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Sleek, pricey notebooks arriving

Another wave of powerful notebooks is coming, but this is not the real hot spot in the market.

Another wave of slim, flashy notebooks is due to arrive next week with the release of Intel's Pentium II 300-MHz chip for mobile computers, but the low-end of the market appears to be the real hot spot.

Notebook sales have slowed in recent quarters, especially in comparison to desktops, and mostly because of price. Starting at around $3,200, the price gap between high-performance notebook PCs and desktops is as great as ever, especially in light of the burgeoning market for low-cost desktops.

Even though 233-MHz and 266-MHz Pentium II notebooks will move down in price with the release of the new chip, most notebooks will stay above $2,000. The few notebook models from top-tier manufacturers knocked down into the sub-$1,500 category appear to draw buyers quickly, pointing to pent-up demand for low-cost models.

But the high-end will take the limelight next week. On September 9, notebook vendors will start showing off notebooks using the long-anticipated 300-MHz Pentium II chip for notebooks.

Compaq will unveil two new lines of slim notebooks to go with Intel's announcement.

To compete with IBM's 560 ThinkPad line, Compaq is releasing the Armada 3500, a slim notebook with a 266-MHz or 300-MHz Pentium II and 12.1- or 13.1-inch screens. Prices start at $3,299.

In addition, Compaq will release the Armada 6500, an update of the Ultra2000 notebook inherited from Digital Equipment, with a 300-MHz processor. Compaq will also incorporate the 300-MHz Pentium II across its product lines. An Armada 1700 with a 14.1-inch display, a 300-MHz Pentium II and 64MB of memory is expected to start at $4,999 sources said.

Among direct vendors, Gateway is expected to use the chip across its notebook line, while Dell will make some noise with the Inspiron 7000 that will ship with a 15-inch active matrix display, the largest available on a notebook. (See related story)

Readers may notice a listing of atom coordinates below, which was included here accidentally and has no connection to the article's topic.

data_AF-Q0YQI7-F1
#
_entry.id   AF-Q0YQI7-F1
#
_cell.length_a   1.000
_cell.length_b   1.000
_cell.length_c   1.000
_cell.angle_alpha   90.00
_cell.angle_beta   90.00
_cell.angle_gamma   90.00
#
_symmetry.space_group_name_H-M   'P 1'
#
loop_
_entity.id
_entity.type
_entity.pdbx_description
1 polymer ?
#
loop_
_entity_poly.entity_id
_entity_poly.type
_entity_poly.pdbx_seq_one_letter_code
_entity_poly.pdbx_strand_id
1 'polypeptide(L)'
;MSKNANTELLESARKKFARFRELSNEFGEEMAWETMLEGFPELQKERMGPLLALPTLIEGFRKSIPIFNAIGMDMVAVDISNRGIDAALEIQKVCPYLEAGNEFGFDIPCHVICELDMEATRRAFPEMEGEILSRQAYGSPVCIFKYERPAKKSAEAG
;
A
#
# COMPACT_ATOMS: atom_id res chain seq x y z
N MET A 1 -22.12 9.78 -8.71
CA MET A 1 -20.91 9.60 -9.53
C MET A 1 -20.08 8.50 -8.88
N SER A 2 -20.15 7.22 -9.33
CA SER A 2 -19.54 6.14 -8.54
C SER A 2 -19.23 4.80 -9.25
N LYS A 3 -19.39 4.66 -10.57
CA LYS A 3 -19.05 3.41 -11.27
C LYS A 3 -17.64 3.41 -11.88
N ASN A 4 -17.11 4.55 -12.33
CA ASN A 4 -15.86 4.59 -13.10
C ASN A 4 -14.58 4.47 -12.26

Dell will also release a version of its Latitude notebook with the new chip. A Latitude CPI D300XT with a 300-MHz Pentium II, 64MB of memory, a 4.0GB hard drive, and a 13.3-inch active matrix screen will sell for under $3,200, sources said.

Micron will move the new Intel chip into its Trek and GoBook notebooks, sources said. The high-end Trek with a 14.1-inch display and 64MB of memory will be priced at $2,999, while the GoBook ultraportable with a 12.1-inch display will be priced at $3,099.

Micron declined to comment on unannounced products.

Toshiba has made provisions in its Satellite 8000 and Portege 7000 line for the 300-MHz chip, and IBM will roll the chip out in the 380, 600, and 700-series ThinkPad, sources said. Hewlett-Packard, NEC, and other vendors will follow suit as well.

Meanwhile, systems with older chips will drop in price.

Notebooks with 233-MHz Pentium II chips have already dipped in price to below $2,000, and users should see some more systems slip under that mark.

Still, those price points aren't hitting the sweet spot with customers. Unit sales have been increasing for notebooks in the $1,399 price range, according to Mike Gumbert, chief operating officer of Insight, a large corporate computer dealer. Less expensive notebooks constitute over half of Insight's unit sales.

"There is a huge pent-up demand for the low end of the market," he said. "High-end notebooks are fine, but that's not where the volume is."

Other electronic resellers say that $1,399 notebooks last "a couple of hours" before selling out.

Fire sales, however, are getting tougher to come by. That's because vendors won't have as many old systems to get rid of in preparation for the new notebooks.

Companies such as Toshiba, Compaq, and IBM have been forced to keep inventory levels down because they need to be able to update technology more rapidly, since Intel, Advanced Micro Devices and Cyrix continue to rapidly introduce new processors, commented Katrina Dahlquist, notebook analyst with International Data Corporation.

"The inventory issues of a few months ago have really gone away. It's just a situation where companies are managing the channel in different ways," she noted.

Intel is an investor in CNET: The Computer Network.